Modern states – and novel multinational polities such as the European Union – have to contend with greater degrees, and more complex forms, of diversity. What elements keep complex, «post-national», political entities together? What are the ties that bind people together in a world where they cannot rely on the safety of established national identifications (if they ever could)?
This collection of essays by leading political scientists, philosophers and legal academics from Canada and Europe provides a transatlantic dialogue on the ways in which complex states (such as Canada) and non-states (the EU) may broach the modes of difference and diversity that confront them. Authors engage in insightful «diagnoses» of contemporary forms and modes of diversity, as well as critical appraisals of a number of normative responses meant to answer these challenges. These responses range from «reasonable accommodation» and multinationalism to cosmopolitanism.
They include the recognition of «post-national», «multinational» or «deterritorialised» democracy and constitutional patriotism, as well as plural or «denationalised» citizenship.
Bruxelles, Bern, Berlin, Frankfurt am Main, New York, Oxford, Wien, 2009. 362 pp., 4 ill.
Contents: John Erik Fossum/Johanne Poirier: The Ties that Bind ‘Post-national’ Polities Together. An Introduction – Bhikhu
Parekh: Multicultural Society and Convergence of Identities – Melissa S. Williams: The Politics of Fear and the Decline of
Multiculturalism – F. Leslie Seidle: Testing the Limits of Minority Accommodation in Quebec. The Bouchard-Taylor Commission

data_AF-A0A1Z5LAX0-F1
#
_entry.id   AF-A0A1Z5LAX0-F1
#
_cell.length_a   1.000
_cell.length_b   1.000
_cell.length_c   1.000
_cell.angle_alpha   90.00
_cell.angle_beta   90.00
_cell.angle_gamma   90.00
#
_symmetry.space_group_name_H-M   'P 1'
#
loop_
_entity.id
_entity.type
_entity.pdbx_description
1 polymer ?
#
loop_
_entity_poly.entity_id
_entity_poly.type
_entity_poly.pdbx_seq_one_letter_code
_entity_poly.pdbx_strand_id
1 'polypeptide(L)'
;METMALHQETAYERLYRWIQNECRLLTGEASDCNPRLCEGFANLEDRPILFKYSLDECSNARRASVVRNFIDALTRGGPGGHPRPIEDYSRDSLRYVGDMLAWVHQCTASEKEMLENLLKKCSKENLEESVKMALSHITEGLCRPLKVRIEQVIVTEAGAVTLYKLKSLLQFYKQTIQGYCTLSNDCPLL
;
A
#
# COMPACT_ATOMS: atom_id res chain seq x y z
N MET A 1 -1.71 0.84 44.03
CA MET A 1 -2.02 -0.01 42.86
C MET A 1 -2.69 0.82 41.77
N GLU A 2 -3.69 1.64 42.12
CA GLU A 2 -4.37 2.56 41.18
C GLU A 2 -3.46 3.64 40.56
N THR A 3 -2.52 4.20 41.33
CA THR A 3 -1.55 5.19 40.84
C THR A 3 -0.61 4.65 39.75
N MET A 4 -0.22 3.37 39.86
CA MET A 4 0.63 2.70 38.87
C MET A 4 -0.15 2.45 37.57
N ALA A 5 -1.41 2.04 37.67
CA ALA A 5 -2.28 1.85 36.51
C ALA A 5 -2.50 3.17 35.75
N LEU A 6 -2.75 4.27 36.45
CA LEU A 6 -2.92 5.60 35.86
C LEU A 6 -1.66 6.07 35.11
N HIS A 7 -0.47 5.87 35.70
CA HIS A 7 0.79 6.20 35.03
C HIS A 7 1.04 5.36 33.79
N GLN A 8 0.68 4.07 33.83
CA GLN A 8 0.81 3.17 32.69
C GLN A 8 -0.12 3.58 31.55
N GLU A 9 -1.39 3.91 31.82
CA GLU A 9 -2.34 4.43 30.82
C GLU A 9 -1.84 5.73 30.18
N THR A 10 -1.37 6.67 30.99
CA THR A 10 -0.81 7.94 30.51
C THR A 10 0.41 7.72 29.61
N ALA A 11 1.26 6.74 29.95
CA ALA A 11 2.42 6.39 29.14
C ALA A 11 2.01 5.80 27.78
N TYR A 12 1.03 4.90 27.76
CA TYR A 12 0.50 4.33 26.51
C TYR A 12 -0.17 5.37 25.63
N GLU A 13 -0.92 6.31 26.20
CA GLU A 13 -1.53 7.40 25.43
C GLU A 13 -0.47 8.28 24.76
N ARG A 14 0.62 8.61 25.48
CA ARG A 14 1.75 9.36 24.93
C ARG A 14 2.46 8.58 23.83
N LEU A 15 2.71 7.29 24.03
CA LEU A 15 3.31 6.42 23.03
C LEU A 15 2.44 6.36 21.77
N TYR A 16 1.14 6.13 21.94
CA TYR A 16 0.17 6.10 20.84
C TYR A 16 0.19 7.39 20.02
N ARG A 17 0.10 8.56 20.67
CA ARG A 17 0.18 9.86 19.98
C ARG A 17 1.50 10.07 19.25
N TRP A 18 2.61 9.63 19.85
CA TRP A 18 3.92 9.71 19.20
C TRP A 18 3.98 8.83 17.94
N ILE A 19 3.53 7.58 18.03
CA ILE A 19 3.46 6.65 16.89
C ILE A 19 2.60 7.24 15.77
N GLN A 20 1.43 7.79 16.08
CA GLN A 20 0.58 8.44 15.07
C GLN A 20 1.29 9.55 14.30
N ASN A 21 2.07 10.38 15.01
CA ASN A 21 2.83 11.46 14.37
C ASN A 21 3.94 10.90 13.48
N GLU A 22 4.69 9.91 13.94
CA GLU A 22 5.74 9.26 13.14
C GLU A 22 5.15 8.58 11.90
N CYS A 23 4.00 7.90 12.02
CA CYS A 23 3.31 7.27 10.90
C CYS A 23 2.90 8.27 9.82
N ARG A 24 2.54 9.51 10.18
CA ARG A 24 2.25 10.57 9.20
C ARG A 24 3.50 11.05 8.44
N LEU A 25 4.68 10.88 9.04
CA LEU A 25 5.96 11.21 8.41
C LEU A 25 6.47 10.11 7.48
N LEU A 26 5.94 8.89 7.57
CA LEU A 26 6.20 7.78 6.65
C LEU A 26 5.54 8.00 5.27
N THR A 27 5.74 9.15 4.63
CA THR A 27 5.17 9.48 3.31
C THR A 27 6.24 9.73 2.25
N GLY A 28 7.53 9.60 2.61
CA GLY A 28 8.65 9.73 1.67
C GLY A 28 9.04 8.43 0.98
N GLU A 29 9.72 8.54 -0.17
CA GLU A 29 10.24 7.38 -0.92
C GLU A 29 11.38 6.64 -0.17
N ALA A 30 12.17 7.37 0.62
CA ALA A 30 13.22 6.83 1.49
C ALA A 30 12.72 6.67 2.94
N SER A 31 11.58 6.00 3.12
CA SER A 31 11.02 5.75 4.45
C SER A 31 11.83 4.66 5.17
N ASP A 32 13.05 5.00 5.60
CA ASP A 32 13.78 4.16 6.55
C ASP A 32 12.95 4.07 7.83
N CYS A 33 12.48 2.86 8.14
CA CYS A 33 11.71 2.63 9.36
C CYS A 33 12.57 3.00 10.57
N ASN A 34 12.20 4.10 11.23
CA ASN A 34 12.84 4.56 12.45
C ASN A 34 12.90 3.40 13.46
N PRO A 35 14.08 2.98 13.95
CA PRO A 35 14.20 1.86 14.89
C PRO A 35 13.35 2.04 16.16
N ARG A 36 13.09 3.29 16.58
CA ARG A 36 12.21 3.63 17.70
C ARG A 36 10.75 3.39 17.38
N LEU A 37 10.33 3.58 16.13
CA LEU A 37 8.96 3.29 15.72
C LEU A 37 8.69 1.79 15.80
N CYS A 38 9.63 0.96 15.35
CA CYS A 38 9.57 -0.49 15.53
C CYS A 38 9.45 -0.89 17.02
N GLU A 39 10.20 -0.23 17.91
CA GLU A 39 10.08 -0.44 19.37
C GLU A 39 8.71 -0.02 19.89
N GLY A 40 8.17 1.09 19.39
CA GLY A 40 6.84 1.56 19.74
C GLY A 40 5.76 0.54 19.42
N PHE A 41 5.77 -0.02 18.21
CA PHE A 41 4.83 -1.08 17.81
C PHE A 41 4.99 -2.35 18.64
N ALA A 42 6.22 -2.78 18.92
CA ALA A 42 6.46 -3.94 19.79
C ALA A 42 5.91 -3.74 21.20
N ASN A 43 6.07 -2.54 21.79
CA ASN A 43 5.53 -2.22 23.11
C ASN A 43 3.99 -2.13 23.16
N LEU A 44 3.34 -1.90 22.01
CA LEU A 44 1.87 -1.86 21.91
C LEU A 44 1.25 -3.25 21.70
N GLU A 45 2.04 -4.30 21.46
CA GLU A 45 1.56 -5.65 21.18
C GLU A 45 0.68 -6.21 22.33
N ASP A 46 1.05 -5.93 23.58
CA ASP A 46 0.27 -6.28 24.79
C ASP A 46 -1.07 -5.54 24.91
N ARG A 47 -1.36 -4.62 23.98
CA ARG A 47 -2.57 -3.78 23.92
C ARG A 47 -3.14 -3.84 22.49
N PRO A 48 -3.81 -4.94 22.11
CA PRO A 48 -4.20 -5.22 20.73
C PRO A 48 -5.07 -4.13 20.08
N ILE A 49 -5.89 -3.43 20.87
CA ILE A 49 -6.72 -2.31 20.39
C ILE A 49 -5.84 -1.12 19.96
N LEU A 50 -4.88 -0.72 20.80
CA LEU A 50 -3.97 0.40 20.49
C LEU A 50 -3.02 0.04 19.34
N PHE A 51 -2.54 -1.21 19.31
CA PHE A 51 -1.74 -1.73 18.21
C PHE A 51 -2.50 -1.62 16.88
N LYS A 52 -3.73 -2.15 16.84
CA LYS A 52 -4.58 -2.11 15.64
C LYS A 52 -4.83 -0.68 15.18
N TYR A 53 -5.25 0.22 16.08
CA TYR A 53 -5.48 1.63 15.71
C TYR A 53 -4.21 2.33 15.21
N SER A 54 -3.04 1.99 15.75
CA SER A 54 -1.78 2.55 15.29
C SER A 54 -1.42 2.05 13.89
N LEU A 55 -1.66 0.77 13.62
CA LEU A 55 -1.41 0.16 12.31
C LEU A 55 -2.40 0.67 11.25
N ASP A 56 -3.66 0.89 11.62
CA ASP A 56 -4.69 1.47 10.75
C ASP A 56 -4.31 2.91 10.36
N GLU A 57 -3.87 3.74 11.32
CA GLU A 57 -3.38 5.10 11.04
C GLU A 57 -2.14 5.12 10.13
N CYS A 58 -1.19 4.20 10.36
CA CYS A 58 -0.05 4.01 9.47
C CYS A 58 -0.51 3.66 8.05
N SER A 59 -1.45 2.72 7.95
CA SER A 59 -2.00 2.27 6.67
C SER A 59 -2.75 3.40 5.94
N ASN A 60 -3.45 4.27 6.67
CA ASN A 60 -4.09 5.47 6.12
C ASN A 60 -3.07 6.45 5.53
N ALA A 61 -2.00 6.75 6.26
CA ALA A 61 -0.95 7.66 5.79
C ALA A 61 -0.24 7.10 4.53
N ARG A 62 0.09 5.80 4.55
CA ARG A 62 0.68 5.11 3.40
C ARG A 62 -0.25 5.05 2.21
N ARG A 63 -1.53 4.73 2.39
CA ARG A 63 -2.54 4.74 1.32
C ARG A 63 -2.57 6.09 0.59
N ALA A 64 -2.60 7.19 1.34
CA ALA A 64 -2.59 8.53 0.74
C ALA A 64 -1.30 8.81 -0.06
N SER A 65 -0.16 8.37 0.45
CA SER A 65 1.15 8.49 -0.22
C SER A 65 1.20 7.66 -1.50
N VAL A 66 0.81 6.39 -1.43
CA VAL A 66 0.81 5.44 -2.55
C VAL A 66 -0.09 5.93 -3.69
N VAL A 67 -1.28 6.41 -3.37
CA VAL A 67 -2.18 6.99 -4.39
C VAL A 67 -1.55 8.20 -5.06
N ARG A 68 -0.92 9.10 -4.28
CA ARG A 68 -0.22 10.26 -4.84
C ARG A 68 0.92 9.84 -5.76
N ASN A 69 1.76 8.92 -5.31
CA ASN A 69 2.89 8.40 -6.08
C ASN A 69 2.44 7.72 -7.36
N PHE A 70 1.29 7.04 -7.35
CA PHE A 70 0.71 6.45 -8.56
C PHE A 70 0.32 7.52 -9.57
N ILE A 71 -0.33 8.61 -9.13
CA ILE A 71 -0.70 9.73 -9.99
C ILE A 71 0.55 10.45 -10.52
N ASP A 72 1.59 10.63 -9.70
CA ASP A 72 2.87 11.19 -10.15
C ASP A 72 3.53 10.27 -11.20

– Rainer Bauböck: Stakeholder Citizenship and Democratic Participation in Migration Contexts – Paul L.A.H. Chartrand: Citizenship
Rights and Aboriginal Rights in Canada. From ‘Citizens Plus’ to ‘Citizens Plural’ – Philippe Van Parijs: Grab a Territory!
English Dominance versus Equal Linguistic Dignity in the European Union of the 21st Century – Geneviève Nootens
: Ces liens qui nous unissent. Légitimité de démocratie dans les sociétés plurinationales – Alain-G. Gagnon : Le phénomène
émergeant de la multination. Tensions entre philosophie politique et Realpolitik dans le contexte canadien – Jean-Marc
Ferry : Du politique au-delà des nations – Francisco Colom González: An Uncertain Demos. Political Belonging in Post-national
Europe – Sophie Heine : National versus postnational ou communautarisme versus cosmopolitisme ? Une confrontation
des différentes approches théoriques sur l’identité – Daniel Weinstock: Frayed Federation. Challenges to Canadian Unity in
the Wake of Trudeau’s Failed Nation-Building Project – Jean-François Gaudreault-DesBiens: The Fetishism of Formal Law and
the Fate of Constitutional Patriotism in Communities of Comfort. A Canadian Perspective – Keith G. Banting : Le contre-exemple
canadien. Multiculturalisme, reconnaissance et redistribution.